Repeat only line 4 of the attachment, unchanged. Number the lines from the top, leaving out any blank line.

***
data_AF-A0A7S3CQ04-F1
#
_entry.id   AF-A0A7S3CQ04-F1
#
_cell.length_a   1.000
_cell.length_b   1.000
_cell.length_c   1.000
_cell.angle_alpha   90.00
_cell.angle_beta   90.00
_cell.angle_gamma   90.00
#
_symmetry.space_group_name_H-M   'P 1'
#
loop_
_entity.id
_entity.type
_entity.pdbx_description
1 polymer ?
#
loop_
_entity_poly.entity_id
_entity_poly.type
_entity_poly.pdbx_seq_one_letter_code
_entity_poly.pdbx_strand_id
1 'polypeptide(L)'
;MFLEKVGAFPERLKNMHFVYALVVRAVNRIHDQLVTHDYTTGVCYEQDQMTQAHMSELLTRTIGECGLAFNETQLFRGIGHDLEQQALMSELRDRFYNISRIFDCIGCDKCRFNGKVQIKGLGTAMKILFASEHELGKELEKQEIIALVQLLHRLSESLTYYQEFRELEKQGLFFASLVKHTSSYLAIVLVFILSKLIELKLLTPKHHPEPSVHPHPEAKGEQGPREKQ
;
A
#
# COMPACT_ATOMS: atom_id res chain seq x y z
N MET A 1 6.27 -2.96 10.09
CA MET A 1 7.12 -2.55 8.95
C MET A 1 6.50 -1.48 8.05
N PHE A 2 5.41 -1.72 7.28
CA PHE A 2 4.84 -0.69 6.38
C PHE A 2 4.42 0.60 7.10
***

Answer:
#